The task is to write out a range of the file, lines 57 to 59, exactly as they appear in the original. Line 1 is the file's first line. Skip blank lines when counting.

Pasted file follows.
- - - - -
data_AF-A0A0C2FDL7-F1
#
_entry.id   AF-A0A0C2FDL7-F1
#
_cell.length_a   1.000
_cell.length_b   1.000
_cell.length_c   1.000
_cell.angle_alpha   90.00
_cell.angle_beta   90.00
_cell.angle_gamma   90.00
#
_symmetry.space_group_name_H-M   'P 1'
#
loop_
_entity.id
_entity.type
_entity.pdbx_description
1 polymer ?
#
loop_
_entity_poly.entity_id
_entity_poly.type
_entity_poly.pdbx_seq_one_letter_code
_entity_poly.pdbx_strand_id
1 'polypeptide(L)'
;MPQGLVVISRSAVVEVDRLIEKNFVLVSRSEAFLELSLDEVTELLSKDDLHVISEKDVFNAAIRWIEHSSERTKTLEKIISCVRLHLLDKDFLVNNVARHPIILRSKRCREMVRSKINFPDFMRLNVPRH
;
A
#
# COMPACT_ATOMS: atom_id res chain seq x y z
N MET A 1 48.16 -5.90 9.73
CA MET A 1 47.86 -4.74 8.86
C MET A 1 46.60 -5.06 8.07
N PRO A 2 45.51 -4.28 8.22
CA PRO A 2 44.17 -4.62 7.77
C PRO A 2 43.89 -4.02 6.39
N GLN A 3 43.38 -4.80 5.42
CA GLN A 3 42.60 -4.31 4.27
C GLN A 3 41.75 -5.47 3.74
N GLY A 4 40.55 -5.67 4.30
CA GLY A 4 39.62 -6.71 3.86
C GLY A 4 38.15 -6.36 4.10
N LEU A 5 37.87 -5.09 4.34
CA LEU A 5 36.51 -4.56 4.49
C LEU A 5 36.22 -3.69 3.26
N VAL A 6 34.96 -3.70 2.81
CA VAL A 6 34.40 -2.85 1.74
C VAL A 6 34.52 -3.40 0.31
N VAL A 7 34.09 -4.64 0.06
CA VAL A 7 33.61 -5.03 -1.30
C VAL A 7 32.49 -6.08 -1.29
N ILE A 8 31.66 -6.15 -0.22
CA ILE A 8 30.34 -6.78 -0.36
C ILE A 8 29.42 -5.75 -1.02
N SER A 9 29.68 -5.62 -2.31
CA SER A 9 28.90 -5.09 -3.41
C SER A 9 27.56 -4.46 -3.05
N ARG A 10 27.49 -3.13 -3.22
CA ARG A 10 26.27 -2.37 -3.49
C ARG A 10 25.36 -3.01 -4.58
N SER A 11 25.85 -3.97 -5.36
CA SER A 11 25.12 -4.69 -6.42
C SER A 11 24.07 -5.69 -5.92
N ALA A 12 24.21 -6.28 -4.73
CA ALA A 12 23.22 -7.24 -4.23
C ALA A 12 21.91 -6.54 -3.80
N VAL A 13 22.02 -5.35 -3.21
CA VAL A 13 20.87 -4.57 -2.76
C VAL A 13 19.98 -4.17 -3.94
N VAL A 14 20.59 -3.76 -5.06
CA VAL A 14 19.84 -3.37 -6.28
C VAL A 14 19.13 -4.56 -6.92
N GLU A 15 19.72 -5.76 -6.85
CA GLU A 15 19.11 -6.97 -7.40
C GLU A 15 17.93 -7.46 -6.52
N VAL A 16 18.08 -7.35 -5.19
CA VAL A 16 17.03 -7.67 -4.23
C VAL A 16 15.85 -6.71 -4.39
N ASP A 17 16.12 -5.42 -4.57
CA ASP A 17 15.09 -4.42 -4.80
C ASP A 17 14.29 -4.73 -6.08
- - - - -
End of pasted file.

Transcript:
C SER A 9 27.56 -4.46 -3.05
N ARG A 10 27.49 -3.13 -3.22
CA ARG A 10 26.27 -2.37 -3.49